419298 Optimization of Semi-Batch Reactive Distillation for the Synthesis of Isopropyl Acetate and Ethyl Acetate

Tuesday, November 10, 2015: 12:51 PM
Salon I (Salt Lake Marriott Downtown at City Creek)
Po-Hsien Li1, Yu-Lung Kao1 and Jeffrey D. Ward2, (1)National Taiwan University, Taipei, Taiwan, (2)Department of Chemical Engineering, National Taiwan University, Taipei, Taiwan

Batch reactive distillation (BRD) is an integrated process which combines reaction and distillation in a batch process. Semi-batch reactive distillation (SBRD) is a alternative design from BRD in which reactant or entrainer is added as a side feed continuously. Besides the advantages of BRD, SBRD can circumvent limitations due to azeotropes.

In the synthesis of isopropyl acetate (IPAC) by BRD, the lowest-boiling stationary point is a ternary azeotrope located in a two-liquid region. After liquid-liquid separation the organic phase still contains 3% reactant and the aqueous phase contains only 95% water. Qi and Malone (2011) showed that the concentration of isopropyl alcohol in the distillate can be reduced efficiently by introducing acetic acid continuously as a side feed. A second non-reactive inverted batch distillation (IBD) can be employed to separate the product IPAC from water with high purity. Hence, SBRD has the potential to improve the process significantly.

The synthesis of ethyl acetate (ETAC) is similar, but the low-boiling ternary azeotrope is located outside of the two-liquid region. Therefore, conventional BRD is not feasible at all. However, if HAC is introduced as a side-feed, the composition of alcohol in the distillate can again be dramatically reduced so that the liquid-liquid split becomes feasable (Tang et al, 2003). Again a second non-reactive IBD comlumn is required to separate the product ETAC from water.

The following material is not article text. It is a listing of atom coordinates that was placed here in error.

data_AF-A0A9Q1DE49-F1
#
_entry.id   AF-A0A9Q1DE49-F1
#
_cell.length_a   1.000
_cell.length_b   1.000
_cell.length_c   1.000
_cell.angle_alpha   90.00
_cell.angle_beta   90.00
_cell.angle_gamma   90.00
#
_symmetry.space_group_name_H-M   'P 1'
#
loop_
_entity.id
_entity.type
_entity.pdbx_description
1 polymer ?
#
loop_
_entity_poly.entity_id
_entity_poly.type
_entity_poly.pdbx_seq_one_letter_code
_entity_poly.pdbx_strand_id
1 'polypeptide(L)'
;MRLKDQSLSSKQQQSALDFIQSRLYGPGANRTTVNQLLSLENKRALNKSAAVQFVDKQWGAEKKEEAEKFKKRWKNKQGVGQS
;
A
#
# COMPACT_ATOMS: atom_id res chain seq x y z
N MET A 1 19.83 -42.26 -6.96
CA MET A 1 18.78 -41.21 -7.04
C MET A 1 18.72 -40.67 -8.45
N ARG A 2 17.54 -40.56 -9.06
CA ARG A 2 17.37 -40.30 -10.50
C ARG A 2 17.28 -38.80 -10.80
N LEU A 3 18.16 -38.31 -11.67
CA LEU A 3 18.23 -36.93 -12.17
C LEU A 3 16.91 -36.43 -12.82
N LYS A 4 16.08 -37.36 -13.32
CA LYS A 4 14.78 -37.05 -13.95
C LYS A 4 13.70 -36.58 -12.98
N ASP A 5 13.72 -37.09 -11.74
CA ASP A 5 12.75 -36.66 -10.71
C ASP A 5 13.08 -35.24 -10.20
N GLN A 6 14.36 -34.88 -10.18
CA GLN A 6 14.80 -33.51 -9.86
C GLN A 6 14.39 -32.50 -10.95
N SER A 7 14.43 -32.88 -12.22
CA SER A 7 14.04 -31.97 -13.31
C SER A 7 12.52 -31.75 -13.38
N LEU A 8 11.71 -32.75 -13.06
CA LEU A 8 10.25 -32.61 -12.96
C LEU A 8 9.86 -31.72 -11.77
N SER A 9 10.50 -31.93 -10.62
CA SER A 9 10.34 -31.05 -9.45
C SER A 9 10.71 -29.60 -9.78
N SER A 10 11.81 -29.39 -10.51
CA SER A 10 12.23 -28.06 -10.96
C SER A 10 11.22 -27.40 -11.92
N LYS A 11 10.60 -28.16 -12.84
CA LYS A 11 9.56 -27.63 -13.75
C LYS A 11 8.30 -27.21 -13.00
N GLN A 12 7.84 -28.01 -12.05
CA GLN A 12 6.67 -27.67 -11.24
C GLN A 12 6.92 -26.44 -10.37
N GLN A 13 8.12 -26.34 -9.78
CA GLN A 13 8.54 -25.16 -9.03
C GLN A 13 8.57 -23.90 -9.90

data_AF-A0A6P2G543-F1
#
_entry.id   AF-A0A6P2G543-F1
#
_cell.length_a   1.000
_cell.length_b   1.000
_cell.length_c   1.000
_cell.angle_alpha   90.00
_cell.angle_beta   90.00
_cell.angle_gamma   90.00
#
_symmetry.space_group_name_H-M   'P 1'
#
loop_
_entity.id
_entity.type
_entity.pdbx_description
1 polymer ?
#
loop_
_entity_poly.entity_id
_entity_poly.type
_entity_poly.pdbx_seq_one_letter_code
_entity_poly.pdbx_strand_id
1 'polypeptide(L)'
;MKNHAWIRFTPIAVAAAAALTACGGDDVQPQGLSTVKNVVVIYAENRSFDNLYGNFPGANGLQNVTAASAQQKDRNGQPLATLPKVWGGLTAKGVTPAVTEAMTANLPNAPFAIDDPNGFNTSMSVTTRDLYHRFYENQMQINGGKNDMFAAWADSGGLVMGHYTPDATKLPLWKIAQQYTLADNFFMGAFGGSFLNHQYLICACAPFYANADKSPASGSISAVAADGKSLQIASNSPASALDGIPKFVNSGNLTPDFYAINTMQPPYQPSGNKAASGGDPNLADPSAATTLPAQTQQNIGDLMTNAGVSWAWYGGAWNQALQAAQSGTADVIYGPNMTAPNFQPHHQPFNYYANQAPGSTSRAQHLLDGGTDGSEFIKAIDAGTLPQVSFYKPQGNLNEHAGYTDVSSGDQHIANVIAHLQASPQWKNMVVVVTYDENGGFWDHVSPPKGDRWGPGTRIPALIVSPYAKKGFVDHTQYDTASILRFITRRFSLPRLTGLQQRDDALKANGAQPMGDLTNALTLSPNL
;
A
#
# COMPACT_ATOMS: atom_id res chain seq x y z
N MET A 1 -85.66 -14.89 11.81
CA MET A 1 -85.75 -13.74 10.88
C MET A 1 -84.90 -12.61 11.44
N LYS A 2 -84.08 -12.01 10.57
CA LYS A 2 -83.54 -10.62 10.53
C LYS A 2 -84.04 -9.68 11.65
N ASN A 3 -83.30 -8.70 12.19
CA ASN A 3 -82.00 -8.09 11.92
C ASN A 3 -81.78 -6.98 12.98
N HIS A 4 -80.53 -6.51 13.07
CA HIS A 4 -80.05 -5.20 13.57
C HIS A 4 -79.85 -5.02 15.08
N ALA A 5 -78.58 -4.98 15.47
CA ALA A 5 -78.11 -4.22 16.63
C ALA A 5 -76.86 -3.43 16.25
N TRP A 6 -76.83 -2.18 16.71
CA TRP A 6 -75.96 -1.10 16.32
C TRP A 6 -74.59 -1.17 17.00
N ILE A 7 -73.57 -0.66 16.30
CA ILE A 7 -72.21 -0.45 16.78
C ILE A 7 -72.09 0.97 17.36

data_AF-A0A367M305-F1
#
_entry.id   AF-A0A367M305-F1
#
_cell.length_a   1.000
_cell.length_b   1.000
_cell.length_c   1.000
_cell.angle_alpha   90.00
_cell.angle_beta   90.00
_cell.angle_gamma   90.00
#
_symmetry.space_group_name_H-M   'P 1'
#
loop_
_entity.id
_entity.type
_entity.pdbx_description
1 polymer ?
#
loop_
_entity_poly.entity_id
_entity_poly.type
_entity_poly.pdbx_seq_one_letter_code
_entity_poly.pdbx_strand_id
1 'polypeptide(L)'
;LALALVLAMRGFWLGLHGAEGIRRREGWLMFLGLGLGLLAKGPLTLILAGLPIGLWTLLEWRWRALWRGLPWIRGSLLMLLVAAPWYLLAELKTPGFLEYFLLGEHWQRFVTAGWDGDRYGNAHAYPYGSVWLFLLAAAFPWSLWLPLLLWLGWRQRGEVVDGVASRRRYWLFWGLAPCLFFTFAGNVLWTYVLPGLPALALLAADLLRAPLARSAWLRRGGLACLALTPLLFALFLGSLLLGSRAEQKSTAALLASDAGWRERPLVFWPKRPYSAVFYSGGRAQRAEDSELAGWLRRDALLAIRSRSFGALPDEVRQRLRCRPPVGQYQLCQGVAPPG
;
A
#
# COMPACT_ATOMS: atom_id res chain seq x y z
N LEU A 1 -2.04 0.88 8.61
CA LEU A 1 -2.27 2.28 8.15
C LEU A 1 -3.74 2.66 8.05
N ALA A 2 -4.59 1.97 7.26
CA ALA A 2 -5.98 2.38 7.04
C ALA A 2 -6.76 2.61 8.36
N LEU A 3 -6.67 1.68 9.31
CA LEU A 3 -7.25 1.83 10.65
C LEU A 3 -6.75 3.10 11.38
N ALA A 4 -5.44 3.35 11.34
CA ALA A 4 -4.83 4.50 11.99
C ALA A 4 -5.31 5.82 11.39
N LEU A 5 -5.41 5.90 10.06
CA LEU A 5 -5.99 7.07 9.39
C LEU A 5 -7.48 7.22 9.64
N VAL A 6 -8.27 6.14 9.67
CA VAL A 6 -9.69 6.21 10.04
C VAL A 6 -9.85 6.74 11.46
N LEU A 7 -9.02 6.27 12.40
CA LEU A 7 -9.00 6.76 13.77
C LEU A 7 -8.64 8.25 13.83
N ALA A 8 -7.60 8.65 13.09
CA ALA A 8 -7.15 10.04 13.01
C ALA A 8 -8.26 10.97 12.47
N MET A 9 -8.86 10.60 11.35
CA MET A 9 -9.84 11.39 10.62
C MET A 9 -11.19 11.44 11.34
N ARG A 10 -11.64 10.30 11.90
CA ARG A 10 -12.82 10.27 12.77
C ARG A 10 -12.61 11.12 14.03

For both systems a tradeoff is encountered between the operation of the SBRD and the subsequent IBD. Specifically, if the constraint on the ammount of alcohol in the SBRD product is relaxed, the operation of the SBRD becomes easier but the operation of the subsequent IBD becomes more difficult. Therefore in order to determine the most economical operating policy, it is necessary to consider both steps. In this work we study the optimization of both processes (IPAC and ETAC) to find the operating policy that minimize the energy consumption (closely related to the operating cost). Because the constraint on the alcohol impurity is the most important variable affecting both columns, designs are optimized for different values of the constraint and then the best overall design is determined.


Qi, W.; Malone, M. F., Semibatch Reactive Distillation for Isopropyl Acetate Synthesis. Industrial & Engineering Chemistry Research 2011, 50, (3), 1272-1277.

Tang, Y. T.; Huang, H. P.; Chien, I. L., Design of a complete ethyl acetate reactive distillation system. Journal of Chemical Engineering of Japan 2003, 36, (11), 1352-1363.

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